The Limits of Opt-in

Federal and state laws guarantee individuals the right to “opt-out” of certain uses of their personal information. Under this longstanding standard of privacy protection, businesses that wish to collect and use personal information must clearly notify consumers and must provide them with an easy, no-cost way (such as an 800-number) of “opting out” of such use.

This standard of privacy protection is so widespread and so universally accepted that many companies and industry associations permit consumers to “opt-out” of certain uses of personal information, even where they are not legally required to. Since 1971, for example, every U.S. resident has been able to “opt-out” of receiving mail and telephone solicitations from Direct Marketing Association member companies; a single letter to the DMA’s Mail Preference Service and Telephone Preference Service is all it takes.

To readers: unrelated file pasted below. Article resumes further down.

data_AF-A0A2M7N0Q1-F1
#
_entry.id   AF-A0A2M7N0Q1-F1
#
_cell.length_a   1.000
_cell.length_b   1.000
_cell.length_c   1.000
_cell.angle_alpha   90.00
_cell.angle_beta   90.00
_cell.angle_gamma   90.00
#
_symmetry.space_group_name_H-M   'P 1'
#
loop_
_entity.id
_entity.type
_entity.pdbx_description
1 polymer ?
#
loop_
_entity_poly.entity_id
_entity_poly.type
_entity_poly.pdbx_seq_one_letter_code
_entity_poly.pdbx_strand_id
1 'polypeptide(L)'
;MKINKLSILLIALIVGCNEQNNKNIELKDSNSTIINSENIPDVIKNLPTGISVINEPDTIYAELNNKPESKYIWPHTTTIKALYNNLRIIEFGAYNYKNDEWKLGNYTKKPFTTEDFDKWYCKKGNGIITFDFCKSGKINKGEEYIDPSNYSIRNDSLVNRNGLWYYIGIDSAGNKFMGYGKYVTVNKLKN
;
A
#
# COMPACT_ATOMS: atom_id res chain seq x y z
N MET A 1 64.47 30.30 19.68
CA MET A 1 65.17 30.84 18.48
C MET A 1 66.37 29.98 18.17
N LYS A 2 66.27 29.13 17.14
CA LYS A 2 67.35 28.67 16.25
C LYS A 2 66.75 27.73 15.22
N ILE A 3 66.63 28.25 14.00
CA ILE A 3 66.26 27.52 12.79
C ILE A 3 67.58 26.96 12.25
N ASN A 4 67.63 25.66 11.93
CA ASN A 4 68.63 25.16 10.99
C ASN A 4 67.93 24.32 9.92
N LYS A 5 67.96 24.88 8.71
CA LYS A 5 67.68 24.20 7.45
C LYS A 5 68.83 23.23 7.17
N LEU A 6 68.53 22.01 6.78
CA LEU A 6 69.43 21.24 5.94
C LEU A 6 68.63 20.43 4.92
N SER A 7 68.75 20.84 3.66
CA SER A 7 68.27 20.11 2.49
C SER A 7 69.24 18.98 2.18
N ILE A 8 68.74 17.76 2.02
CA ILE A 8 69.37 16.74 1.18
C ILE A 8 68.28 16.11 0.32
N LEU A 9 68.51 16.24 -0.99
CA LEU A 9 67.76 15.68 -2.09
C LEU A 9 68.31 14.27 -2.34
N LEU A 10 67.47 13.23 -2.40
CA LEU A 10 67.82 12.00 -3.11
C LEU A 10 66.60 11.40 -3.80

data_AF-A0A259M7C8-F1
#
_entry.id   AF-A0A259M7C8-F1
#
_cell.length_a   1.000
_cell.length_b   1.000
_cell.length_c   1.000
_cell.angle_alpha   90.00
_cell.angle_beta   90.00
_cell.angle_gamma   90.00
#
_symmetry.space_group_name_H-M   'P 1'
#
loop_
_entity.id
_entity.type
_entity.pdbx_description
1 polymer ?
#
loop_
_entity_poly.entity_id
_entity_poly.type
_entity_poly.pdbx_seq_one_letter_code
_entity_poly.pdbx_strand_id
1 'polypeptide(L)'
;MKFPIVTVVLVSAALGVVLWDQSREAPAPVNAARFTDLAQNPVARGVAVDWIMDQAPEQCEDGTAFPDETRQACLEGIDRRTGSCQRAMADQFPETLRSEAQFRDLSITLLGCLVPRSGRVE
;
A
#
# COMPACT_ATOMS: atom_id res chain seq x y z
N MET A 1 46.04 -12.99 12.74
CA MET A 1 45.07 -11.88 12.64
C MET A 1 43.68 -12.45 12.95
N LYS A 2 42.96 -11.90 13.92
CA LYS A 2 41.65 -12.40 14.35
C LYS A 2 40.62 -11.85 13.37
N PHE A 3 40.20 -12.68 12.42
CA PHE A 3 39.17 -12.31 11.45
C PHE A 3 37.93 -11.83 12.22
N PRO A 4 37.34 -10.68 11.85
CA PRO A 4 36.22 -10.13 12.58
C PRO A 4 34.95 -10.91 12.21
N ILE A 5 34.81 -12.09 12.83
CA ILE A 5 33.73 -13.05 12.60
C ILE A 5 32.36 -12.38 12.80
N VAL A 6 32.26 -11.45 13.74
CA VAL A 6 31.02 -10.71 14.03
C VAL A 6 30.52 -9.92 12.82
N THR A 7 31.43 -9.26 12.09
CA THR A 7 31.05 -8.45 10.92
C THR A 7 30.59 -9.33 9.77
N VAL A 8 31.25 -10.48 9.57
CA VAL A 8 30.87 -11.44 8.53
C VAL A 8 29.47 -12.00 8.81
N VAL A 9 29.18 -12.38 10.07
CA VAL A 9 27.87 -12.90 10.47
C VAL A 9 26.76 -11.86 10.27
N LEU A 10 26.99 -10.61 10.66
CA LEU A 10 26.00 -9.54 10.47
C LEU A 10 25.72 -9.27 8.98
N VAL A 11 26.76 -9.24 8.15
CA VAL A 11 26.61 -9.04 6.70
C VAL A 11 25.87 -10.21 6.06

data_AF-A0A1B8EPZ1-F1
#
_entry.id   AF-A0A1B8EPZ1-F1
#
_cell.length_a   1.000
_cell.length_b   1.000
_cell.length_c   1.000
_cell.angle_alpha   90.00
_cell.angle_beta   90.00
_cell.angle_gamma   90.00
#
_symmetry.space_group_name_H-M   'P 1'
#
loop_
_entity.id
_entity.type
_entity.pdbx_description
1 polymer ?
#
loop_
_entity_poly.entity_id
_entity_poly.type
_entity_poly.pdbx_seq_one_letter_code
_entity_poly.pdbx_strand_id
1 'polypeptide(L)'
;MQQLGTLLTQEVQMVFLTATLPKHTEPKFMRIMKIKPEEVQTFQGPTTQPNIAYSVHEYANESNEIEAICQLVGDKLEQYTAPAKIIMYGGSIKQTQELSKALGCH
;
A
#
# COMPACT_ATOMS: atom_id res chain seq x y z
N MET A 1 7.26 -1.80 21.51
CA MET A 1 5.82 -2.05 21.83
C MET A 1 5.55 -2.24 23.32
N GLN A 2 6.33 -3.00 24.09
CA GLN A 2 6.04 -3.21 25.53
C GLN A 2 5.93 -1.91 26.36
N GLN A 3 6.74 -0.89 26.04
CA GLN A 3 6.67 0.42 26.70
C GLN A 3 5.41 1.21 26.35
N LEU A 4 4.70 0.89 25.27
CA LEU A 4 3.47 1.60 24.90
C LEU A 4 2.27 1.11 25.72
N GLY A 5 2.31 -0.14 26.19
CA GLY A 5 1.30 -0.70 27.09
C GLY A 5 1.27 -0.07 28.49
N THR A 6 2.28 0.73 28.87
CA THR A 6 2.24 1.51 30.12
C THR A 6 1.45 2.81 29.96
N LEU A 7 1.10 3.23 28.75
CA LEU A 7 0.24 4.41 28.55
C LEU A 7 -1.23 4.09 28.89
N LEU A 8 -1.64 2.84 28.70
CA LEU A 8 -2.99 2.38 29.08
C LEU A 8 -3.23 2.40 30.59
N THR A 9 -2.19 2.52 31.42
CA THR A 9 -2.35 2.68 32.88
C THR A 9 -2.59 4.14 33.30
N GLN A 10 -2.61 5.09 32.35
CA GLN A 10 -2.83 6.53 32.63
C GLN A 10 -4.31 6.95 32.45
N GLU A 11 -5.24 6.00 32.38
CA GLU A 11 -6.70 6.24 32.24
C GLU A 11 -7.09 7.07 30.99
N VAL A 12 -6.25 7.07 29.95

Some legislators, however, are considering highly restrictive laws that would prohibit the use of basic personal information, such as name, address, and past purchasing habits, unless the individual to whom the information pertains “opts-in” to the use by giving explicit consent. This radical departure from the “opt-out” privacy standard offers consumers no additional privacy protection, but instead saddles them with higher costs, a decreased range of products and service, and the inconvenience and burden of the additional calls and letters necessary to obtain the permission every time personal information must be used to provide the convenient services that we have all come to take for granted. Consider the following:


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